(photo credit Bluegrass Sports Nation)
(LEXINGTON, Ky.) — Other than World War III, this current global pandemic has to be the most significant challenge we’ll face in our lifetimes. Nothing can rival the isolation, the destruction, and the fear generated by an invisible pathogen that has killed our economy, our loved ones, and our sense of security all in one fell swoop.
Many have said that the sporting world is a microcosm of society. If that’s true, then rest assured that us die-hard sports fans are suffering through the exact same voids of discouragement and despair as the rest of the planet. COVID-19 has entered our lives like a thief in the night and robbed us of everything that we hold dear. March Madness, The Masters, and Keeneland—all gone in the blink of an eye.
As bad as it for those of us watching from the peanut gallery, imagine the anxiety of those actually in the arena. I’m not talking about the megastars of major sports like the NBA or MLB. Those guys won’t miss a beat. I’m talking about those in the trenches—the grinders who have busted tail to get where they are, only to see their hopes and dreams curtailed by an unseen enemy.
I’m talking about somebody like Chip McDaniel. The former University of Kentucky golfer was embarking on a young professional career that was headed into the stratosphere. The 24-year-old hometown hero from Manchester had turned pro in 2018, immediately made the cut in his first professional tournament at the Barbasol Championships, and then quickly followed that up with his first pro tournament win at the Governor’s Open.
If that weren’t impressive enough, McDaniel went on to finish 1st in sectional qualifying for the 2019 US Open, made the cut at Pebble Beach, and ended up finishing 78th amongst the best golfers in the world. Surviving the rigors of Q-School finals in December, McDaniel had just finished up the first six tournaments on the Korn Ferry Tour when his golfing world imploded.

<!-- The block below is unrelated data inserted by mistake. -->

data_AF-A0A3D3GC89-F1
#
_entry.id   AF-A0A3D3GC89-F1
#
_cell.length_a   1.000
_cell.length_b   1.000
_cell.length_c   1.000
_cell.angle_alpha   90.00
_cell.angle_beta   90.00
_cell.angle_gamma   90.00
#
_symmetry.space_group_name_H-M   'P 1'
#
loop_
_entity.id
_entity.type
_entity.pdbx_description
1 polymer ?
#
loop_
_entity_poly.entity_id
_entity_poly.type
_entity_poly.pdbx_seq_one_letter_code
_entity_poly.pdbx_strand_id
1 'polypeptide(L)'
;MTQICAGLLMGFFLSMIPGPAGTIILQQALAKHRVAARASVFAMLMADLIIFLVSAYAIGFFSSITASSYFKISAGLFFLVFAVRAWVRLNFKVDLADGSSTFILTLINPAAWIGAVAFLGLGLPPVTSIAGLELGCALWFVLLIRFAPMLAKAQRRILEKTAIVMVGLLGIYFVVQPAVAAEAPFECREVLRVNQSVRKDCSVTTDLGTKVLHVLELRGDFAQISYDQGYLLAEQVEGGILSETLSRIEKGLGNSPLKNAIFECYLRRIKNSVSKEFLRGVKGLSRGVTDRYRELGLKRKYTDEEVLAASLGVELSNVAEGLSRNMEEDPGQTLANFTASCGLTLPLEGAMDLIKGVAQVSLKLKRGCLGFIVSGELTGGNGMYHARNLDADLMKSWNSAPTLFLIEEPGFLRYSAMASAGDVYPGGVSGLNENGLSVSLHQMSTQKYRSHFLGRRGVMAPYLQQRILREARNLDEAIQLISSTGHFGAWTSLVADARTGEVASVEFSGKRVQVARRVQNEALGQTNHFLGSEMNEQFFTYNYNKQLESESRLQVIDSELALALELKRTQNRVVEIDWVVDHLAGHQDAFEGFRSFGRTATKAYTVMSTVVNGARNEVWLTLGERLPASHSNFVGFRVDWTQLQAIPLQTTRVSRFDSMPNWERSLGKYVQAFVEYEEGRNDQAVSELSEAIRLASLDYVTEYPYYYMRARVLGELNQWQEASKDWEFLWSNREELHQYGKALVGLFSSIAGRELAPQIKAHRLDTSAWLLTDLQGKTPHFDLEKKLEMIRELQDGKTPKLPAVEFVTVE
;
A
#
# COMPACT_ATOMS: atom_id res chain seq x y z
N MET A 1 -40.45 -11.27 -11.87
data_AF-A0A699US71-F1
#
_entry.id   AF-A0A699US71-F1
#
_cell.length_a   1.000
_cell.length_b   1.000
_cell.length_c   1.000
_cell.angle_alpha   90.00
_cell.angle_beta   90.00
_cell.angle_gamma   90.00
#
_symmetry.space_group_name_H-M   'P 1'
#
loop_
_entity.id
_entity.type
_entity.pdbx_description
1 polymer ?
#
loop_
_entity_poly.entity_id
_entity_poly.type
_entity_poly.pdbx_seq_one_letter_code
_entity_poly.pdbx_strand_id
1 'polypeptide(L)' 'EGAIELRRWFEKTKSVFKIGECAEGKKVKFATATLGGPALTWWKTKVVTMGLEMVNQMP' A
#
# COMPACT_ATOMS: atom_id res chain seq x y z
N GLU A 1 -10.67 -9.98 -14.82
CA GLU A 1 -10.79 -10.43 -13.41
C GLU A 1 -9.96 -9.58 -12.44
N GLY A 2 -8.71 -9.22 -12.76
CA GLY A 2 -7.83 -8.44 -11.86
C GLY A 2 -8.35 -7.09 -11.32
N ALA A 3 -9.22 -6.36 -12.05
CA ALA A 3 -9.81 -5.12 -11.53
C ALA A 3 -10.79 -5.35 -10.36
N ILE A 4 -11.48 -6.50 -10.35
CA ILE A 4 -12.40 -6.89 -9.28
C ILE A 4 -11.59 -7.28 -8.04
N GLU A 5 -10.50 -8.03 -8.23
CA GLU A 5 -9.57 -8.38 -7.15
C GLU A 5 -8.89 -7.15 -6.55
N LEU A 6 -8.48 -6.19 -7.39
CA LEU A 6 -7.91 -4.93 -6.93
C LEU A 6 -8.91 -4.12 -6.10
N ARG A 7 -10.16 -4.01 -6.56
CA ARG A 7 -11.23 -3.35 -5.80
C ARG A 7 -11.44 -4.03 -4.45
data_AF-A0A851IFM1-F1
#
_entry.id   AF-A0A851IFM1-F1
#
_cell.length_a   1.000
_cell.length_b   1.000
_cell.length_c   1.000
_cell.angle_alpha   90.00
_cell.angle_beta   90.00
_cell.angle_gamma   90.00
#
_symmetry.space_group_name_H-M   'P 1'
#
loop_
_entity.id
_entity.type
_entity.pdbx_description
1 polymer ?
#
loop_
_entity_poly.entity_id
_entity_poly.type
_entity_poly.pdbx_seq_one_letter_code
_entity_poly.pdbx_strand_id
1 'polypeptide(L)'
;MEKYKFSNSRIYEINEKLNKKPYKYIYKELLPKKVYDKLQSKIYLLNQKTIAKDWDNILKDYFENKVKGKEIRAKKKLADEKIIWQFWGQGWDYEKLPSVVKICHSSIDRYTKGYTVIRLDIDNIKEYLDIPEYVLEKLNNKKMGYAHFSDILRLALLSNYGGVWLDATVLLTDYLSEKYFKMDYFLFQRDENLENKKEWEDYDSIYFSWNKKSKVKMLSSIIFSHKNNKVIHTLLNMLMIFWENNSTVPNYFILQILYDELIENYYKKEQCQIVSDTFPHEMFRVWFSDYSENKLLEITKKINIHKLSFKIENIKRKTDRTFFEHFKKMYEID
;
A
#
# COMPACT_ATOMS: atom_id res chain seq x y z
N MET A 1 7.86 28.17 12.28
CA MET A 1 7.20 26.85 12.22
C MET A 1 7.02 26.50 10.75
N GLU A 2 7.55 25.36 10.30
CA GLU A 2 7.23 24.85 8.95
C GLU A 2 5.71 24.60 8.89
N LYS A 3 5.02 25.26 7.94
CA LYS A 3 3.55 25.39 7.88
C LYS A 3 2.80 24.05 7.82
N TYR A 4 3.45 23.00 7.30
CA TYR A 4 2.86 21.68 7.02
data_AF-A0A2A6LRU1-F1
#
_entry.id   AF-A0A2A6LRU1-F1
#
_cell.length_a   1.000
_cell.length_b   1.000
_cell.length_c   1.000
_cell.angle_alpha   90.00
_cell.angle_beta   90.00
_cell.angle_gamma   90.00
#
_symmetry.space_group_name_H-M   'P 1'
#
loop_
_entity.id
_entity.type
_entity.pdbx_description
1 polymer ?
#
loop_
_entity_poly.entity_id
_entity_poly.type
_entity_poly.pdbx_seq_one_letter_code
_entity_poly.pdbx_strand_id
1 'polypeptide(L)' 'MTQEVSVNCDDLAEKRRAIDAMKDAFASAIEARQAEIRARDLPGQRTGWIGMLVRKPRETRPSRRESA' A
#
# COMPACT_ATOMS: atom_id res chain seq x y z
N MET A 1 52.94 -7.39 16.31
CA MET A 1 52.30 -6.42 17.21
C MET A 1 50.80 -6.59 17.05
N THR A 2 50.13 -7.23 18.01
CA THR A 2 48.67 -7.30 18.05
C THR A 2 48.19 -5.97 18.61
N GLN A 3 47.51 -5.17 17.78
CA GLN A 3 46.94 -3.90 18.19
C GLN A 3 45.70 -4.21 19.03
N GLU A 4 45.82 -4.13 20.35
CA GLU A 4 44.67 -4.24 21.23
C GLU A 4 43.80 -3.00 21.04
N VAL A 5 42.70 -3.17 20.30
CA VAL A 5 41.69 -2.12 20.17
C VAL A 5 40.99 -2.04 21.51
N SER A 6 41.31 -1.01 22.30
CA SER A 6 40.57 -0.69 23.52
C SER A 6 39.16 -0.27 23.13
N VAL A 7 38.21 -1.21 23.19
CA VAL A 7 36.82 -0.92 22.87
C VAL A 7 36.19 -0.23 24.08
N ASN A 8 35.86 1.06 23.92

“It just came to a stop,” Chip told me on a phone interview the other day. “I went from hardly being home to being home basically 24/7—which was nice for two weeks. And then it kind of set in that it wasn’t just a short break. It was definitely an adjustment for most golfers I would say.”
An adjustment is a definite understatement. Were I in Chip’s shoes, I’d be going ballistic—throwing thunderbolts of anger and loathing at the golfing gods who brought this on. To have worked so hard to get to where I’ve gotten in life, only to see everything potentially vaporized by a bat out of China would send me into bouts of depression and self-pity. Damn you, Coronavirus would be my mantra of the day.
If you know Chip, however—or the entire McDaniel clan for that matter—you know that would never be the case with him. In fact, dejection and despondency about his career was the farthest thing from his mind.
“What’s been the hardest part for me is being at home and not being able to see the people that I normally don’t get to see because I’m traveling all the time,” Chip explained. “Now it’s like I’m stuck at home, but I still can’t see them because my parents are a little paranoid that I’ll be a carrier and give it to my grandparents.”
So, what has he been doing with all this extra social distancing time? Thankfully, many of the golf courses are still open, and Chip is able to get out of his house consistently to improve his game. He’s been working diligently to get his body in better shape, to sharpen his faith, and to keep a positive attitude.
“It’s pretty crazy,” Chip explained. “I feel that this is almost so crazy that the whole country—the whole world—is on pause basically. From a career standpoint, it’s probably a better situation for me than with an injury. I think once everything goes back to normal, it’ll almost be like a restart button. I feel like that’s the only way I can think about it and just try to prepare myself for that moment that it does start to go back to normal.”
And therein lies one of the best pieces of advice I’ve heard from anyone on how we should be dealing with this unwelcome interruption in our lives. Whether uber-talented professional golfer or below-average fledgling sportswriter, Chip McDaniel and I have a common Coronavirus goal. We’re both striving to emerge from this pandemic better than when we went in.
“Continue to stick to yourself,” Chip reminded me. “And try to focus on something to make yourself better when you go out. That way you distract yourself from what’s going on. And then when it’s over and everything is back to normal, you’ll be a little bit better than when it started.”
Wise words, indeed. If everyone heeds that sage advice, then we really have nothing to fear. Because if we’re all just a tiny bit better than we were before, then the world will undoubtedly be a more joyful place for everyone.
Dr. John Huang is a columnist for Nolan Group Media. If you enjoy his writing, you can read more at Nolangroupmedia.com or follow him on Twitter @KYHuangs.